If you’re planning to explore Egypt, Nile cruises are the ideal way of doing so. As well as the renowned landmarks like the pyramids and the sphinx, you should make sure you take in equally-impressive but lesser known gems, like Elephantine Island.
The isle is located in the River Nile and is classed as part of Aswan, a city in southern Egypt. Elephantine Island is an important attraction for many holidaymakers as it’s home to an archaeological site.
A brief history
Elephantine Island was known as Abu or Yabu in ancient times and had a number of functions. The isle served as a defensive structure to protect nearby cities and was also used as a transfer point for cargo travelling down the Nile.
There was once a fortress here, along with a number of other buildings, the remains of which have been excavated in recent years. The name of the island is thought to refer to its shape, which is said to resemble an elephant’s tusk, or may be derived from old Greek words meaning elephant. It may also have resulted from island’s connection to the ivory trade.
The archaeological site
Excavation of the island has turned up some interesting artefacts dating back to predynastic times, in addition to the remains of buildings. If you visit as part of a cruise down the Nile, you’ll be able to see firsthand the ruins of an ancient temple dedicated to Khnum – the Egyptian god of creation and also the god of the River Nile.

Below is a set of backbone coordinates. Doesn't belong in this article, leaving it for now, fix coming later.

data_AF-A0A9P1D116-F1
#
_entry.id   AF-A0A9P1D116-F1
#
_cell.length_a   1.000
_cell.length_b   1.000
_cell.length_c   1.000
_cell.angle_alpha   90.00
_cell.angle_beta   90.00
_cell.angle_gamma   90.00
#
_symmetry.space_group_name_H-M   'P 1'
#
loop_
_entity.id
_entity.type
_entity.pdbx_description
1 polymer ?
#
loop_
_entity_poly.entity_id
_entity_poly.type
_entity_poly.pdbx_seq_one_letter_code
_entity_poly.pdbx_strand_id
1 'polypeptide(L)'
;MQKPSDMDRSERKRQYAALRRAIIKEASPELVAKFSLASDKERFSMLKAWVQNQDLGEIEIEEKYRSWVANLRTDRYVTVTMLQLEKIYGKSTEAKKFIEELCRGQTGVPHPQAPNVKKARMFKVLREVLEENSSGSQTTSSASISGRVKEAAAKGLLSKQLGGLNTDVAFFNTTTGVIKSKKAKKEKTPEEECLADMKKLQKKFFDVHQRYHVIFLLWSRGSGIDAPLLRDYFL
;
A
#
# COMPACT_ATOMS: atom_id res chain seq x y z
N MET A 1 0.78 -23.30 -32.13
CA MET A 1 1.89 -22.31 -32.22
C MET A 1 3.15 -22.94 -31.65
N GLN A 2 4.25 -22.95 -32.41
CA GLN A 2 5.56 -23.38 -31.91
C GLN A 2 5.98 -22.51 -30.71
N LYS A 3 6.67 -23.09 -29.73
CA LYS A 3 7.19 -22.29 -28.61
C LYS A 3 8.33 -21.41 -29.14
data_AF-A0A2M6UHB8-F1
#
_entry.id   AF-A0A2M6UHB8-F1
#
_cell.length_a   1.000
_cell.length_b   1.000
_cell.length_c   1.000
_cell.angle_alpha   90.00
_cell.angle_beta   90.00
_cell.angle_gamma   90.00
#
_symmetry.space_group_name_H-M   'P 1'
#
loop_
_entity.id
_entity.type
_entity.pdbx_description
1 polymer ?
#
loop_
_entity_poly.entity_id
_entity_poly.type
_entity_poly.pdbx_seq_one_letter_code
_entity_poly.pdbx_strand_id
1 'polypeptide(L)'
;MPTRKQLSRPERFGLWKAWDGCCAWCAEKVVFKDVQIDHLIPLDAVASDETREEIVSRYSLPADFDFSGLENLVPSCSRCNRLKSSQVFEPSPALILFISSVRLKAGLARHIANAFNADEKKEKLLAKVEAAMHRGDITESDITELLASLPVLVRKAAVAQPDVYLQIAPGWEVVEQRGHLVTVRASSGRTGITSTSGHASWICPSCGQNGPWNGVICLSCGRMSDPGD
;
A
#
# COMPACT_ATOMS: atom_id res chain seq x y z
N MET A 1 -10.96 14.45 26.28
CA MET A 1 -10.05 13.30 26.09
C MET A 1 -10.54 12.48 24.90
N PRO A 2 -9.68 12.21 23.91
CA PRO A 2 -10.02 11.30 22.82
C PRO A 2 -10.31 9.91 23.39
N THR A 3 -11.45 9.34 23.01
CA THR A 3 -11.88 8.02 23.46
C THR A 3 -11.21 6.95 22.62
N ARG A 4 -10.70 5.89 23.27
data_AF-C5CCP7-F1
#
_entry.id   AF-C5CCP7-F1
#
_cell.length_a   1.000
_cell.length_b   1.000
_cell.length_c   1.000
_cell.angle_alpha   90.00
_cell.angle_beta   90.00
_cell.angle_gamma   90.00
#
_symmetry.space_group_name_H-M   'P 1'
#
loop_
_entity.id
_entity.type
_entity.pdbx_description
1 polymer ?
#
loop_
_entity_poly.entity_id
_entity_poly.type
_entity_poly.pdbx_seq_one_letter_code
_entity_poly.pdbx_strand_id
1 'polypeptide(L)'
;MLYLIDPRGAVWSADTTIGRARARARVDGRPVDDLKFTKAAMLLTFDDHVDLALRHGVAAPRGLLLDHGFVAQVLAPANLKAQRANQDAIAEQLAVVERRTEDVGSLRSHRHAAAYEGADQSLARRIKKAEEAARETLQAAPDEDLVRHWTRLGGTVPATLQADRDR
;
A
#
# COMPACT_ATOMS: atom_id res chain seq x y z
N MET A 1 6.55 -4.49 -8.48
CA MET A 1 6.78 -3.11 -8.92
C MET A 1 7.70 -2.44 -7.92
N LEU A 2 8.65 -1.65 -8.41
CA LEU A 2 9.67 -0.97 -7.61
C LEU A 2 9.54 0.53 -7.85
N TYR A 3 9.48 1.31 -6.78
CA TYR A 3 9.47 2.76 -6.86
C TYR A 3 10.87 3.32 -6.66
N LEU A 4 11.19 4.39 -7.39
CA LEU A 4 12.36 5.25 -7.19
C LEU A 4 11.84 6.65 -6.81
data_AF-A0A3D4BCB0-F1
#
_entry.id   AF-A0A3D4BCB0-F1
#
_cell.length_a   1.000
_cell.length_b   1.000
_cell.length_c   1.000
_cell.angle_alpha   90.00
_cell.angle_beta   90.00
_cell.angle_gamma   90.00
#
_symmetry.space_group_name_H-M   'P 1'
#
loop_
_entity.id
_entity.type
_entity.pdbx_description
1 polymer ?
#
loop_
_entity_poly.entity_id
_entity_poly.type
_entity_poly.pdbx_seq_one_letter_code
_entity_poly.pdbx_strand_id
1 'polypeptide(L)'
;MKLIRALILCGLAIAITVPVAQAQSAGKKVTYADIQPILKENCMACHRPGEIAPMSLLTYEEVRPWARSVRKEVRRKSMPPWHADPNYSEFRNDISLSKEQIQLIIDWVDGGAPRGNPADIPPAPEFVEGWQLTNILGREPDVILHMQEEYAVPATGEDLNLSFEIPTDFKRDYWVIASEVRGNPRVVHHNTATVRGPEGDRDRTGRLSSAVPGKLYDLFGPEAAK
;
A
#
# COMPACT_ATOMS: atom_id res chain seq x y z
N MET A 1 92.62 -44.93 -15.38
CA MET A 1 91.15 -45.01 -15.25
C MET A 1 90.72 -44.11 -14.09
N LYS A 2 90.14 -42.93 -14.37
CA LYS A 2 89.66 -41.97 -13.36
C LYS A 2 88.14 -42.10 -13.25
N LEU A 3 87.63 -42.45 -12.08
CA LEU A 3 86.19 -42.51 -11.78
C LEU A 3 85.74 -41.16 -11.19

What remains of the temple takes up a large area at the southern end of the island, but you might also spot an ancient step pyramid and a small shrine as you take a tour of the island. In addition, there are two nilometers to be seen here, which were measuring levels carved out of the cliff faces used to gauge water depth.
Wandering around the ancient sites makes for a memorable excursion but, if you’re keen to see more, you should head to the Museum of Aswan - officially known as the Nubia Museum.
Opened in the 1990s, the museum has won awards for its unique design, which aims to replicate the architecture of buildings found in traditional Nubian villages. Inside, there are all manner of unearthed artefacts to view, many of which were excavated at the archaeological sites on the island.
The dozens of artefacts span a long timeframe and include examples of prehistoric objects, items from the Meroitic period, and artefacts from the Roman era. Among the exhibits are frescoes from the 10th century, prehistoric tools like axes, the mummy of a priest’s wife, and 18th century amulets. Some of the objects on display were locally sourced, while others have been given to the collection by other museums from throughout Egypt.
Externally, the museum is set in thousands of acres of grounds, which are worth exploring. The gardens comprise a series of waterfalls, flowering plants, palm trees and natural rocks, while there is also an amphitheatre and open air stage, where both Egyptian and foreign groups perform.
Further down is an outdoor exhibition of religious Islamic buildings, a replica Nubian house complete with traditional furnishings, and an artificial cave, in which you can admire prehistoric carvings and paintings.